Deep Sleeping: Zach Sudfeld


Hello there. This is a post in which we’ll bravely explore the dark and deepest depths of depth charts, looking for sleepers who are sometimes absurdly deep that you should watch out for either as a late-round flier, or an early season waiver wire add. I’ll also be wrong often in this post, so you can enjoy that too.

There will be some footballs thrown to unfamiliar hands this season in New England. Thus is the nature of Tom Brady’s existence, as he could begin the season without his top five receivers from last year if Rob Gronkowski lands on the PUP list. Combined Gronk, Aaron Hernandez, Wes Welker, Brandon Lloyd, and Danny Woodhead caught 338 passes last year. Toss in the departures of depth receivers like Visanthe Shiancoe, Donte Stallworth, and Deion Branch, and the changeover among the Patriots’ pass catchers is downright stunning.

But not nearly as stunning as the sudden rise of Jake Ballard, and the assumption that he’ll just slide right in and be just fine thanks while replacing Hernandez. Ballard is several things, and none of them help him to resemble a player who’s even close to the caliber of tight end Brady was throwing to with his Gronkowski/Hernandez tandem.

He’s fragile, with his knee still assembled using band-aids and spit. He only reached 100 percent status a few weeks ago after microfracture and reconstruction surgery on his knee in February of 2012, and even during OTAs he still “appeared rigid“.

And most importantly, he lacks speed, and any sort of downfield presence. He ran a 4.99 in the 40-yard dash at the Scouting Combine during his draft year, which means wiener dogs would lap him several times. He’s always been more of a classic, space eating large target tight end, the kind of breed that’s gradually fading.

You know who doesn’t fit that description? Zach Sudfeld.

Yes, in the infancy of this Deep Sleeping series(?), this is the most clawing reach. I don’t believe in Ballard, especially as a Hernandez replacement. That’s a job for Julien Edelman, or more likely, Shane Vereen (sweet money there). But since we still can’t say anything definitive about Gronkowski’s Week 1 status and we won’t be able to until, oh, September, there’s a wide-open opportunity for someone who isn’t broken to rise. And do we really, honestly believe in Daniel Fells and Michael Hoomanawanui, who have combined for all of 35 catches over the past two years?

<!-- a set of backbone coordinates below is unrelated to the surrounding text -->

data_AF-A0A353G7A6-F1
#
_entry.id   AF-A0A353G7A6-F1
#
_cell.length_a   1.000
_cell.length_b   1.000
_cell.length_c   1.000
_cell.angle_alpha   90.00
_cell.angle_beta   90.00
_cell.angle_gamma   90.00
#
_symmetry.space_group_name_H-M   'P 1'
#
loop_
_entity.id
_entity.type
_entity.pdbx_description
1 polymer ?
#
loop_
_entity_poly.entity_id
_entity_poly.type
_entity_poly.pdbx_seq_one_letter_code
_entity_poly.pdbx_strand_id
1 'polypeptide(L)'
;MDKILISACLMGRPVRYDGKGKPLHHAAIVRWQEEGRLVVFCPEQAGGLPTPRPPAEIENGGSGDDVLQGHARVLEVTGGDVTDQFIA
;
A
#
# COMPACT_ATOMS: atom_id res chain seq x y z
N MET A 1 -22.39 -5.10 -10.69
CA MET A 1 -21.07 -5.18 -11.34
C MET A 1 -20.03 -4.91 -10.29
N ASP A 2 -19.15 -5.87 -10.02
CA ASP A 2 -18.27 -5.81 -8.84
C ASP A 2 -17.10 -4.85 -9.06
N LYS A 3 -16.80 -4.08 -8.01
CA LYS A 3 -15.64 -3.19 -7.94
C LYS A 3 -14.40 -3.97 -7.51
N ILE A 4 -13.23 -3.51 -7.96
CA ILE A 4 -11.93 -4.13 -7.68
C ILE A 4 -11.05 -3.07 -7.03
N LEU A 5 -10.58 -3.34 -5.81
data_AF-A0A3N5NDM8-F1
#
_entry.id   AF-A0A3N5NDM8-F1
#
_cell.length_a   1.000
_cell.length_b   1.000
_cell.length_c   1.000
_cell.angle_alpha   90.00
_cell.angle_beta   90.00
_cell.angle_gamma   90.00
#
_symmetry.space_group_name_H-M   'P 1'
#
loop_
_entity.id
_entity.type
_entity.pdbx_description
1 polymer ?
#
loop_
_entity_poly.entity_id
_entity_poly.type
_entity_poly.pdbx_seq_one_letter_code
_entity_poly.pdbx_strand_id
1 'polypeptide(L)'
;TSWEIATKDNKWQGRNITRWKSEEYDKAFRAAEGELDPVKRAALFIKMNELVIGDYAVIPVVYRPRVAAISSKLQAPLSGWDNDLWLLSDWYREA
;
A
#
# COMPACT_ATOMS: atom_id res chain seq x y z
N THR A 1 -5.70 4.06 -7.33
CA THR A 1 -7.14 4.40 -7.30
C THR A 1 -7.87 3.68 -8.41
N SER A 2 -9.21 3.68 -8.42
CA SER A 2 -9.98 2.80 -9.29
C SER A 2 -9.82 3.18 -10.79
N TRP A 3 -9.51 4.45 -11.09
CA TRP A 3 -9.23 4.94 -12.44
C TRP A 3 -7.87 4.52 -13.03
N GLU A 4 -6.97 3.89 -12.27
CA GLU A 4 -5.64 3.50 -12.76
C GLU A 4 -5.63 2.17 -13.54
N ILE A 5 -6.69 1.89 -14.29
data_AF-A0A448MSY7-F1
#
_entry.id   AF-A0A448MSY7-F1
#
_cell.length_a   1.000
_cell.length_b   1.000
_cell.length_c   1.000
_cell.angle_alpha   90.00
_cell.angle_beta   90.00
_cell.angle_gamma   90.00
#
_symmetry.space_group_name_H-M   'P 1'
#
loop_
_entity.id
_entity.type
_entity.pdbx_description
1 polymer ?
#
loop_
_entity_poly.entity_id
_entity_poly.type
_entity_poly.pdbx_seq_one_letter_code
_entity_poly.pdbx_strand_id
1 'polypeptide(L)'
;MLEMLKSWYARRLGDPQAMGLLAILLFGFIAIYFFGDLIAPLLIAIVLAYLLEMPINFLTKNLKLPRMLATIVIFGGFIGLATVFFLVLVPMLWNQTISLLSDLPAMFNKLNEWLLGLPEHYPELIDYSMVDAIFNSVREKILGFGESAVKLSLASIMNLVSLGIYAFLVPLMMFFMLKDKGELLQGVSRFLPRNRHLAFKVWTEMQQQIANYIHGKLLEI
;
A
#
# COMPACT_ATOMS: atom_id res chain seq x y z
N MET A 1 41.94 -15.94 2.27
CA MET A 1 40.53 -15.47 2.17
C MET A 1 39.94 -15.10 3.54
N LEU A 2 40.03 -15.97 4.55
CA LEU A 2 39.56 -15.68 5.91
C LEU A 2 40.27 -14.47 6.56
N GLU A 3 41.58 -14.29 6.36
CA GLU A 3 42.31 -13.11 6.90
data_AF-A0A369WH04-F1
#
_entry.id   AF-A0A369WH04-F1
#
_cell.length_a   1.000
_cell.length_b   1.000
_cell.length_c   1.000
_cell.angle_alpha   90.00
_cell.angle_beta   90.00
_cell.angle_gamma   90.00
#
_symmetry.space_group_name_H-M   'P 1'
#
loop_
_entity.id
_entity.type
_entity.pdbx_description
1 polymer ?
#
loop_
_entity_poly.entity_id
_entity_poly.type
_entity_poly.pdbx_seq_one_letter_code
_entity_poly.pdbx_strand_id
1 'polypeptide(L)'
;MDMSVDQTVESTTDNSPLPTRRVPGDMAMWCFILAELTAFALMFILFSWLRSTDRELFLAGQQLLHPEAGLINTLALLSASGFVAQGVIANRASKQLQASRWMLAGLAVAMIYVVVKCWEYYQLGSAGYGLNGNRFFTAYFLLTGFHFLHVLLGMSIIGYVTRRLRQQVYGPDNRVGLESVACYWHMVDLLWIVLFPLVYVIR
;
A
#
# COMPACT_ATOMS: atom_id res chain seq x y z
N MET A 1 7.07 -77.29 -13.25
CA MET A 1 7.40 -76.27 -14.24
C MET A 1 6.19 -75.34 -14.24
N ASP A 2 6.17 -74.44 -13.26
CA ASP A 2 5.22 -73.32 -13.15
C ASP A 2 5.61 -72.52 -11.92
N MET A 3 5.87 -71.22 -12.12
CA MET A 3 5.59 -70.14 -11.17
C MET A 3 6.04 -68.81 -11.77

Both Fells and Hoomanawanui have been fine depth options throughout their careers, and they’ve been capable in secondary roles. For Fells, his career high in receiving yardage came in 2010 with the Rams, when he finished with 391 yards. Hoomanawanui’s peak is only 146 yards on 13 receptions, also with the Rams in 2010. Those aren’t the numbers of veterans far above replacement level, or veterans reliable and experienced enough that they can’t be leap-frogged by an undrafted rookie.

That’s what Sudfeld is, largely because he saw limited time because of injuries at Nevada until just this past season. So the sample size he’s provided us with is small, but still impressive. He caught 45 passes during his senior season for 598 yards and eight touchdowns (an average of 46 yards per game). He also displayed a fleeting flash of Hernandez-esque ability with a rushing touchdown.

He’s already something Ballard is not: slow, and he also has plenty of size and overall girth (6’7″, 260 pounds). At the Combine this past spring he recorded a 40-yard dash time of 4.71. To compare, Gronk ran a 4.65 back in 2010. He’ll be on the roster bubble as August comes to a close, which feels like a redundant statement because being bubbled is an inherent position with any undrafted rookie. But with that speed, he can play in the slot and maybe even be split out wide, just like Hernandez (Hernandez played 59 percent of his snaps at wide receiver in 2012, and ran a 4.65 during his draft year).

Consider Sudfeld your early entry for the tight end version of the Alfred Morris designation. A year ago at this time Morris was stuck in a Redskins backfield quagmire alongside Roy Helu and Evan Royster, which Tim Hightower set to return from an injury. Commonly, Morris fell entirely off the board, and likely went undrafted in many leagues with his ADP of 144.8. Then the sixth-round pick rushed for 1,613 yards, the second-best total in the league behind only Adrian Peterson.

The rise of a promising prodigy is usually accelerated by extreme circumstances, and the Patriots’ offseason can hardly be described as “ordinary”. Or “enjoyable”.